So this is the movie that just made the cut, a month after seeing The Artist. Most teen comedies these days are raunchy to where they try too hard to push the limit featuring the most horniest boys who cannot wait to get laid for the first time in their lives (see Superbad, The Inbetweeners Movie and American Pie). It's pretty much the same plot all over and over. But Submarine is much gentler and more quirkier than them. From The IT Crowd's Richard Ayoade, it's basically a Wes Anderson imitation I would have to admit. But if you look away from that, then it comes neatly with an almost nostalgic look at our youth (or perhaps 70s youth) that is remarkably subtle. Craig Roberts as the pretend genius Oliver Tate is someone who is perhaps the most charming pseudo-intellectual we would want to root all the way.

Greatest Moment: The kiss between Tate and Jasmin is given to the public.

I've said this before and I'll say it again. David Fincher's retake is superior than the Swedish original. From his visual flair that makes the family in Cluedo look like The Brady Bunch in comparison to the star making performance from Rooney Mara as the damaged Lisbeth Salander. But what makes it superior is not only is this perfect material for a Fincher film where the message is everyone has a dark side, but it's the best adaptation Stieg Larson could ever want improving most of the problems I had with the original. It is also very addictive and I am looking forward to seeing it again on Blu Ray.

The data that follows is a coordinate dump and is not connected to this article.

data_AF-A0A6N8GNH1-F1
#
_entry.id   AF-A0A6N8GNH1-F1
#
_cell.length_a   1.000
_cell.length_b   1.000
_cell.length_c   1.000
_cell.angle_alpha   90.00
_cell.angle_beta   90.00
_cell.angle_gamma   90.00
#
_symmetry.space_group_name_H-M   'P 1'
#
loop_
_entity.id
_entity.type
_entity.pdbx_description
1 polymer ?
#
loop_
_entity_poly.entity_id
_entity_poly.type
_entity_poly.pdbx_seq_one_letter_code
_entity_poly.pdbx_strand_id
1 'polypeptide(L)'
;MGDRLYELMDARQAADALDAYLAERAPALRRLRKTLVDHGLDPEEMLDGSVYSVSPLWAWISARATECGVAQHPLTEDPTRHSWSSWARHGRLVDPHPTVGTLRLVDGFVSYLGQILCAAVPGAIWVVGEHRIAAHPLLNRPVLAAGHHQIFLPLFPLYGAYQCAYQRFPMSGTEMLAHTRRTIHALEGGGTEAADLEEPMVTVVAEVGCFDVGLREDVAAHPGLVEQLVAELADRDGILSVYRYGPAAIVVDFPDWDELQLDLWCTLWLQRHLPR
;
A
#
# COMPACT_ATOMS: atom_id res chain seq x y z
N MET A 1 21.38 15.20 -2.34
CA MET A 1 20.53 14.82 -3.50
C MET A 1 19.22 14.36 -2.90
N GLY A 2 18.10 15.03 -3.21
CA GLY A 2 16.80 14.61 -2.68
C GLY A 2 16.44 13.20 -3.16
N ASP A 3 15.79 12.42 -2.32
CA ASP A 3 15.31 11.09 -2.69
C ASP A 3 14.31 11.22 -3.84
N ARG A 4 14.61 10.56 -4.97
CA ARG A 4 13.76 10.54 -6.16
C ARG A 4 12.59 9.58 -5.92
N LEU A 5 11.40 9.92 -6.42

Greatest Moment: The best rape revenge scene since I Spit on Your Grave

I can understand that this film is not for everyone, and I can see how flawed this film was. But what wasn't out of my mind was how incredibly cathartic it is and I've never experience such that is huge in a film like this. It's a journey through childhood and as a vast whole, the life cycle of the universe. That's how I looked at it. Terrence Malick's film may never be profound to the casual viewer or anyone who tries so hard to understand every bit of detail, but he shares his sense of grandeur that is visually eye popping ranging from the gorgeous cinematography from Emmanuel Lebinski to operatic openings of the cosmos. Brad Pitt gives possibly one of the best performances of his career while this film gives Jessica Chastain a chance to breakout I can't recommend it to anybody who isn't patient enough to know what it's about, but the repeat viewings makes it better to experience the same amount of emotional cleansing you'll get from this film